He said he had not been asked to explore what disciplinary actions could be taken against Shepherd.

Though Rau-Hatton referred most questions to Carlamere, she did indicate that she feared disciplining or firing Shepherd before the appeal's outcome could expose the town to a costly lawsuit.

It's also not clear that the DCA advises municipalities on how to handle such matters.

Greg Farrington, a construction official in Cranbury, said the DCA did not notify him when an electrical code inspector there had a license revoked in 2008. The inspector, who was able to negotiate a suspension and still works for several townships, informed Farrington himself.

"I can't have him working here without a license," Farrington said. Though the license wasn't pertinent to the work the inspector did for Cranbury, Farrington complained that the DCA still should have informed him. Asked what he'd have done if the official was in Shepherd's situation, Farrington said, "I wouldn't do anything without the township attorney's advice."

Further muddying the waters is the fact that the judge's decision next year may not even be binding. Shepherd's appeal kicked the case over to the Office of Administrative Law, an independent body that resolves disputes over agency decisions. Spokeswoman Randye Bloom said that the office first received Shepherd's case on Nov. 20, 2008, and that it had been slowed by adjournments due to scheduling conflicts and other immaterial events.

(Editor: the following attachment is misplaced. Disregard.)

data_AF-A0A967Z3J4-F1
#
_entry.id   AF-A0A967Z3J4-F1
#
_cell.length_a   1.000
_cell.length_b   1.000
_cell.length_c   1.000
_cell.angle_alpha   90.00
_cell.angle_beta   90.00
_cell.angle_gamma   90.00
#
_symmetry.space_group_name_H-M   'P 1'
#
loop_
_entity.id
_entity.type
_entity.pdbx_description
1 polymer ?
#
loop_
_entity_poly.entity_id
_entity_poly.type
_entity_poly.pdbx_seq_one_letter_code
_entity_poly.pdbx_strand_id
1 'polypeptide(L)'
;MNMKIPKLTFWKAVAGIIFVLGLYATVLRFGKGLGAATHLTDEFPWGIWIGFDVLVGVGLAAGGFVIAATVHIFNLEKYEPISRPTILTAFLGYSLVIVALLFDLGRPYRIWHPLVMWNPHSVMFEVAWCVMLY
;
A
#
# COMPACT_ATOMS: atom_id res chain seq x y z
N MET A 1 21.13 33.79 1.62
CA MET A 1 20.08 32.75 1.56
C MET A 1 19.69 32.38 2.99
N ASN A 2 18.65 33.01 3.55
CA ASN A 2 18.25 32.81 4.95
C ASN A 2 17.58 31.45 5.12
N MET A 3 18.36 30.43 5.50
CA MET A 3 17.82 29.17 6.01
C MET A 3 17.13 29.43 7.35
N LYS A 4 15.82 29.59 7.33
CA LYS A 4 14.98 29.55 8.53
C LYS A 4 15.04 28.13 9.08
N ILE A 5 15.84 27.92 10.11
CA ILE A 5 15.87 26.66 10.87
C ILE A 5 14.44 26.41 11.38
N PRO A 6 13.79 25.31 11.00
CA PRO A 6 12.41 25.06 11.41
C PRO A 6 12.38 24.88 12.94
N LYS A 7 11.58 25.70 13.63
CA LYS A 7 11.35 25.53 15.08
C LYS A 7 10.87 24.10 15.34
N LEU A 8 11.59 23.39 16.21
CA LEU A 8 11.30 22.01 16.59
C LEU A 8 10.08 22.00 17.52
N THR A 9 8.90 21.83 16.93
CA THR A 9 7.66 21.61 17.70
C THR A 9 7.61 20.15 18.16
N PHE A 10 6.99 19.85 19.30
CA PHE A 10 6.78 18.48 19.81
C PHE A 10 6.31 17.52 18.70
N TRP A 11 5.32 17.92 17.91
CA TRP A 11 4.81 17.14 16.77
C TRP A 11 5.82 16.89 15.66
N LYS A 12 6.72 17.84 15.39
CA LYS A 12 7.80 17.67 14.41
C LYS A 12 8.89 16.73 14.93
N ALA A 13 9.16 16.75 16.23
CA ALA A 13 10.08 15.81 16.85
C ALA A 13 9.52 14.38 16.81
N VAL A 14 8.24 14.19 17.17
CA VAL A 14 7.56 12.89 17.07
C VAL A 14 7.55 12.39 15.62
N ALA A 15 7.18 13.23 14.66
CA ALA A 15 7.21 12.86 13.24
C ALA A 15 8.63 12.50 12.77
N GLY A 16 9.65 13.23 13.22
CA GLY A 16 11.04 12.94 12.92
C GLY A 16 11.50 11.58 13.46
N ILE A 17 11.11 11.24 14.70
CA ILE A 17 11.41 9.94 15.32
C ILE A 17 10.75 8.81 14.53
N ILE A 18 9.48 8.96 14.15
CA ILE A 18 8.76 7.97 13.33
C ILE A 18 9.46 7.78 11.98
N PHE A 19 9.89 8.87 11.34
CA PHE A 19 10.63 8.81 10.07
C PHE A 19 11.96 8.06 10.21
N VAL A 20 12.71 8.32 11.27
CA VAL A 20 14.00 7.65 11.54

Attorney Frank Crivelli, who is representing Shepherd, said his client's hopes did not hang entirely on the judgment by an independent arbiter.

"Unfortunately the DCA could completely ignore the judge's determination if they want," the Hamilton-based attorney said. He added that whether Shepherd had in fact violated ethics laws hinged on statutory interpretation.

Bloom confirmed that the appeals process runs on a separate track from the DCA's original investigation. The DCA's counsel may choose to be involved in the OAL process, but "generally the agency is not involved in the case."

The ORA has stripped five officials of their licenses so far this year, said DCA spokeswoman Lisa Ryan. Unlike Shepherd's case, four of those violations were criminal. Four licenses were formally revoked in 2008.

If ORA's 2008 decision stands and Shepherd formally loses his license, he will no longer be permitted to work as an inspector in New Jersey.

According to business administrator Tom Cardis, Shepherd's 2009 salary was $80,730.65, and his family health plan costs the township an additional $19,000, Cardis estimated.

Municipal solicitor Carlamere said he could not speculate on what Gloucester Township might do if Shepherd's license is ultimately revoked.

"Depending on how the order is given in Trenton, and depending on the effective date of his revocation, we'll have to address that issue at that time," he said.

Councilman Hutchison said after the final judgment is made on Shephard's license, the township council would consult with the solicitor on its options.

Reach Jane Roh at (856) 486-2919 or